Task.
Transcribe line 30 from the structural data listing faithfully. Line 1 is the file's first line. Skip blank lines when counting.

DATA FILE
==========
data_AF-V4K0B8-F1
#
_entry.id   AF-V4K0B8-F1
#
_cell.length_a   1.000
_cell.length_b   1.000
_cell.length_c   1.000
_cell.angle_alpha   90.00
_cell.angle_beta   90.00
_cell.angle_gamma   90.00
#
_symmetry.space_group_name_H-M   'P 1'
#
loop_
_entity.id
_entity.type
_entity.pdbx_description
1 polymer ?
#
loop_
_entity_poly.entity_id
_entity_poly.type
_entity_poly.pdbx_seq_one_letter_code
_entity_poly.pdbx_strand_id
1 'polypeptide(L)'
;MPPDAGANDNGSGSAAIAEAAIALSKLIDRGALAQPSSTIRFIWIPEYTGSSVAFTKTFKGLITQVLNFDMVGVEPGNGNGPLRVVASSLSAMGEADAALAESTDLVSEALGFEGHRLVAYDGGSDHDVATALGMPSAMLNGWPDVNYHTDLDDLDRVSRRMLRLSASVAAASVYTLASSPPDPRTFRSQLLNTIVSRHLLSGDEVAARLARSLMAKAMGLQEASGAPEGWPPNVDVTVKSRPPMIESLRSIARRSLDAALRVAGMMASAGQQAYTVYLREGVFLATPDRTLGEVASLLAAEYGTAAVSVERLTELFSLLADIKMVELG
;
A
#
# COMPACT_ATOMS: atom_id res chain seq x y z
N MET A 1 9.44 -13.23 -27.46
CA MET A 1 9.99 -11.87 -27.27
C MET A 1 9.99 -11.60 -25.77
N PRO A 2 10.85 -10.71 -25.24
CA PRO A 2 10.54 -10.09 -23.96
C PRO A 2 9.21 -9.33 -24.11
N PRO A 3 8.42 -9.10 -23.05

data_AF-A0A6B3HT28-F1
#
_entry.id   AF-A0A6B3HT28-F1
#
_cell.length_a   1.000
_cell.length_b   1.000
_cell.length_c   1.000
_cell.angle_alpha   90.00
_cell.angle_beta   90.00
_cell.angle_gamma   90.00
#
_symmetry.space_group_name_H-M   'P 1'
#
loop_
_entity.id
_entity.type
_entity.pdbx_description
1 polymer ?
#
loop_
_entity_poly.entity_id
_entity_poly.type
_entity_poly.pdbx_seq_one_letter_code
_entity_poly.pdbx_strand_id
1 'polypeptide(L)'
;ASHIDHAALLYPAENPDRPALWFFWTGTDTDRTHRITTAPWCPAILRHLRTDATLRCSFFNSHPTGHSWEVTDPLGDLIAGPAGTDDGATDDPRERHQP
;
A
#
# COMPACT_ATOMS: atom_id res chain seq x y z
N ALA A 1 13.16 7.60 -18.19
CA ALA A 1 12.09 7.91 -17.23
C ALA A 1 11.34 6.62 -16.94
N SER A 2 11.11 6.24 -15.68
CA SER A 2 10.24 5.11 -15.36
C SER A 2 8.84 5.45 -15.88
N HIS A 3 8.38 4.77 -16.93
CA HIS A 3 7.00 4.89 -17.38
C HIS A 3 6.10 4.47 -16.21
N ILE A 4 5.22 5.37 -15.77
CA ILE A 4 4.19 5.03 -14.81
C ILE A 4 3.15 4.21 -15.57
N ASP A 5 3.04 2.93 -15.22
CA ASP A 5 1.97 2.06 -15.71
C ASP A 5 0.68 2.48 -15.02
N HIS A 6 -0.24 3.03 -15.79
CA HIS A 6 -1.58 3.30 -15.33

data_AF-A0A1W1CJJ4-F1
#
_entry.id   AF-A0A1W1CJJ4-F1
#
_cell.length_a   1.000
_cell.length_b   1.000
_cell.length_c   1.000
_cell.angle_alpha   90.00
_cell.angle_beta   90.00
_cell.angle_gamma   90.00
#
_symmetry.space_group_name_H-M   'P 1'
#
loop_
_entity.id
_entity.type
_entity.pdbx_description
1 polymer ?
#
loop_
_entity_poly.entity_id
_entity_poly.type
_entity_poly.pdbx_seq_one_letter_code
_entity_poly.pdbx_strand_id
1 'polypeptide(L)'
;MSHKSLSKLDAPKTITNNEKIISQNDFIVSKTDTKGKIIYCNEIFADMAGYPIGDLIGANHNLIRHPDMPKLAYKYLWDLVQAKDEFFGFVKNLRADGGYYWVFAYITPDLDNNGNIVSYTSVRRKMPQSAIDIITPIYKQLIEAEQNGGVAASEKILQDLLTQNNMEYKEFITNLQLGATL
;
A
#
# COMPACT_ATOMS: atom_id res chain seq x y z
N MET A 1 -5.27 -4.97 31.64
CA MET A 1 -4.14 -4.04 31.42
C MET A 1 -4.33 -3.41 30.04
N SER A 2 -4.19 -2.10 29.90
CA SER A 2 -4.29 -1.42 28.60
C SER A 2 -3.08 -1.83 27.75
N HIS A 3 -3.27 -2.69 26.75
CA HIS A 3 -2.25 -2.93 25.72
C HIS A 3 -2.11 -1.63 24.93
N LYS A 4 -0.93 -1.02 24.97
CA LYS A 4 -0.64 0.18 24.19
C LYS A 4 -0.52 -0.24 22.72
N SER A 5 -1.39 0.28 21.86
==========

# COMPACT_ATOMS: atom_id res chain seq x y z